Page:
For someone who is almost totally drug allergic there is no escape from the physical suffering which constitutes my daily life.  There is no popping a pain-killer, or dosing up on morphine, for a brief window of respite from the physical pain.  There are no sleeping pills to knock you out for 10 hours so you can get some rest.  There are no drugs to make you poop when you haven’t been to the loo for a week, or to stop you from feeling sick to your stomach and retching your guts up.  It’s gruelling beyond belief.  And no matter how ill I am I still have to do the laundry, buy and prepare food, bathe, pay the bills and deal with all the other problems life throws at you like my laptop conking out or the drains overflowing in all the recent rain.

There are three things that stop me from taking my own life.  At times these seem like a blessing, and at others like a heavy burden which keeps me bound to this life with no means of escape.  The first are my parents – they simply cannot manage without me and I couldn’t put them through the trauma of my death.  The second is my little rescue dog – his first owner died and he is incredibly emotionally fragile and clingy and I’ve no idea what losing me and ending up back in rescue would do to his psyche.  If I ever did kill myself I’m fairly sure I’d take my dog with me.  The third is hope: hope that tomorrow will be a better day, that I might not be quite so tired, or in quite as much pain, or feel quite so sick, or that Prince Charming will come a-knocking at my door.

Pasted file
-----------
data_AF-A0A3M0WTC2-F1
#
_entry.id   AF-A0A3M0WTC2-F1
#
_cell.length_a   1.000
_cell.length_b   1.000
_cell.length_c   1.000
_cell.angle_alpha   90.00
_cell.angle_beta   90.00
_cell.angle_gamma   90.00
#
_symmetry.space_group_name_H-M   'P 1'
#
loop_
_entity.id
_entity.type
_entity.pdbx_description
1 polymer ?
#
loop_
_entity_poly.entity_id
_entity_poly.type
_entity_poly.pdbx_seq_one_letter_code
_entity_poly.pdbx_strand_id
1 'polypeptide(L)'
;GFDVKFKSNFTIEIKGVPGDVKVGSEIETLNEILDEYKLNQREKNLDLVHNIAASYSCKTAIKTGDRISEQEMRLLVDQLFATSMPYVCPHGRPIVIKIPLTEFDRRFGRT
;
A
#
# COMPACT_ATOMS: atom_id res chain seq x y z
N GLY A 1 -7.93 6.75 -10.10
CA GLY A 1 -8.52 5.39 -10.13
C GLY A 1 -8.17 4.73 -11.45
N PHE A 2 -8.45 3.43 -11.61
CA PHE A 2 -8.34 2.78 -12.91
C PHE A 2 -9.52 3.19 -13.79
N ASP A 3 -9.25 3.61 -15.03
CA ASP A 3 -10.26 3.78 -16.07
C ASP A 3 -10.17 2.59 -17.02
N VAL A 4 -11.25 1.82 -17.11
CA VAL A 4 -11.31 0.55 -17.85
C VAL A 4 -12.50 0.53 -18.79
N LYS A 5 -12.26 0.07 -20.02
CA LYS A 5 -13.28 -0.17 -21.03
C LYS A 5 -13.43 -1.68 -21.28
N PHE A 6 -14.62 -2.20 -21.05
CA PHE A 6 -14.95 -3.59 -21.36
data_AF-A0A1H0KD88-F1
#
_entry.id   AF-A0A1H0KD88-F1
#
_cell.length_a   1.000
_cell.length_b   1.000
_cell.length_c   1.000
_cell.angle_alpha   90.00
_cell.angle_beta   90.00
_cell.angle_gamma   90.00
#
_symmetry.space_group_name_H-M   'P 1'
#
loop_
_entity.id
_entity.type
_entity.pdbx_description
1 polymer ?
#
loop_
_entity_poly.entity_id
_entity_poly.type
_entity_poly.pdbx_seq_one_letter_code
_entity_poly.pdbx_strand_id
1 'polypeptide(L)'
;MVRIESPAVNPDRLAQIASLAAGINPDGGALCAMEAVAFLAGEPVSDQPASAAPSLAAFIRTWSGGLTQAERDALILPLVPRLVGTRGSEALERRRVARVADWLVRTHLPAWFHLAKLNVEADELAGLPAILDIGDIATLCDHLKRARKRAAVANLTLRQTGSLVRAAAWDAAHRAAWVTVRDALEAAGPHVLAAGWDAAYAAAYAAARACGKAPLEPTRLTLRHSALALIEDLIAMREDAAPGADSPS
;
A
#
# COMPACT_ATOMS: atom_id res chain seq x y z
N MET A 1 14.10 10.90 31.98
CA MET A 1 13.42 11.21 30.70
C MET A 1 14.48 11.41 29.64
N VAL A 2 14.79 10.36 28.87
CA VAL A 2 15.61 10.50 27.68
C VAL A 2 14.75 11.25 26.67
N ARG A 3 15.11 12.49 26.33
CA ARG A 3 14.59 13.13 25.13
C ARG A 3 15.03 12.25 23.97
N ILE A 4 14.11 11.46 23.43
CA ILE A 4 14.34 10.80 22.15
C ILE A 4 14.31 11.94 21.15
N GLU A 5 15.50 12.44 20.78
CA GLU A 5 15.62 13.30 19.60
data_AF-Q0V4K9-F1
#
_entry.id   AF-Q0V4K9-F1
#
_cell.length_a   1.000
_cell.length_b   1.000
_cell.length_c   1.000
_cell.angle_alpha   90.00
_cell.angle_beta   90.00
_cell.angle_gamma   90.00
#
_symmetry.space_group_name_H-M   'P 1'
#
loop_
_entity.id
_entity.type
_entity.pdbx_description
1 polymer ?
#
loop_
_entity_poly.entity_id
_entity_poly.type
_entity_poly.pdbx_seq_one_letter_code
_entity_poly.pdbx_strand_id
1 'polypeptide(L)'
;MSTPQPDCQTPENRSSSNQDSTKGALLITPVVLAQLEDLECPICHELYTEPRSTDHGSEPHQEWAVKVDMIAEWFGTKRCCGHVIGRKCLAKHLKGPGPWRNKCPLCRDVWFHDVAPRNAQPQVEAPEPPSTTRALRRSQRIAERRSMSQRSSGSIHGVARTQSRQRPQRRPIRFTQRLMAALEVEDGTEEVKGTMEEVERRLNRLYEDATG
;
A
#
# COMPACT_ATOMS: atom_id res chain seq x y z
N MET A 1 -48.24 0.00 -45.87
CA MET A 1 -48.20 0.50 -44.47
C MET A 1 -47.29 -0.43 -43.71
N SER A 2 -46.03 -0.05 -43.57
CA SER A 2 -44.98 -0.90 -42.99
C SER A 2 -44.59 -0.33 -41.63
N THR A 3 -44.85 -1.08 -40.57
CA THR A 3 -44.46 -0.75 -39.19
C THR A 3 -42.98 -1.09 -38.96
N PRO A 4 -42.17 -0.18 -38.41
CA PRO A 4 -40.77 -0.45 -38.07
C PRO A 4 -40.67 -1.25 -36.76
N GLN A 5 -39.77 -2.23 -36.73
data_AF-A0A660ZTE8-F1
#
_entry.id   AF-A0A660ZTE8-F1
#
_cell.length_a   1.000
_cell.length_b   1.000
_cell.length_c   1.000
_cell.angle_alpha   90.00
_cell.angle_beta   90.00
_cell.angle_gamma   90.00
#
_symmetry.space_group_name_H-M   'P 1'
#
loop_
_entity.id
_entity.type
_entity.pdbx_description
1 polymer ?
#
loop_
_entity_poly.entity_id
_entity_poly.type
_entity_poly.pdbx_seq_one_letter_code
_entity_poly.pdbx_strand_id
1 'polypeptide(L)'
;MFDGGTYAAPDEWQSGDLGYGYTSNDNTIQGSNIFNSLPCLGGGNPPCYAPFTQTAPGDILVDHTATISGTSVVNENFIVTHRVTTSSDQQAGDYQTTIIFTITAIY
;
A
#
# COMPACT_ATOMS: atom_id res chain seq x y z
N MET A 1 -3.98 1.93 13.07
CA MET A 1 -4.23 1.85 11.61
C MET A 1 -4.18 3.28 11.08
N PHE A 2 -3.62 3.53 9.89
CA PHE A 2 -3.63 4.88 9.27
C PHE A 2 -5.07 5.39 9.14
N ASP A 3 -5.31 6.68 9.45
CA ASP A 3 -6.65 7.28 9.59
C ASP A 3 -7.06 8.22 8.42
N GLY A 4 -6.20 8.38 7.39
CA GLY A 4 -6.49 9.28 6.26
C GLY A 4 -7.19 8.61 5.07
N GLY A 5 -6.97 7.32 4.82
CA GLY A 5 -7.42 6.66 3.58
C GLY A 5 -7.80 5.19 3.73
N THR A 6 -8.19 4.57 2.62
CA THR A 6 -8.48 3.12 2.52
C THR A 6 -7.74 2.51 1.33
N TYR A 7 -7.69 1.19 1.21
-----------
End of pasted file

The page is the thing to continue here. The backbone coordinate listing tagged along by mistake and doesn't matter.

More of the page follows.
I think about suicide quite rationally.  I think about methods, which are tricky when you can’t just down a bottle of vodka and take a handful of barbiturates – let’s face it, my method is going to have to be a bit more brutal than falling asleep high on drink and drugs.  I have a Will.  I have a file with details of all my finances, internet passwords, and details of my funeral all laid out so that my Executors and Solicitor will know my wishes and be able to see to my ‘estate’.  When I say I’ve thought about suicide, I mean I’ve really thought about it.

I rage against God that if he were a kind, compassionate Being he’d just let me die in my sleep one night.  So far he’s not been listening: I’ve found he doesn’t listen to me much, probably because I don’t actually believe He exists.  Some days I hate Him for not listening, and other days I think I’m lucky He doesn’t exist and isn’t listening because then what would happen to my parents and my dog? (yes, I know this is contradictory, but then I think the word Contradictory sums me up quite well and should be engraved on my headstone 😉 ).

Having already lived for 20 years with chronic illness I know, for sure, that I can’t live another 30 with this level of physical, mental and emotional pain and suffering.  And I know, for sure, that when my parents and little dog are dead there will be nothing keeping me here.  To have the choice of ending my life is comforting to me and something I hold on to, ironically, like a lifeline.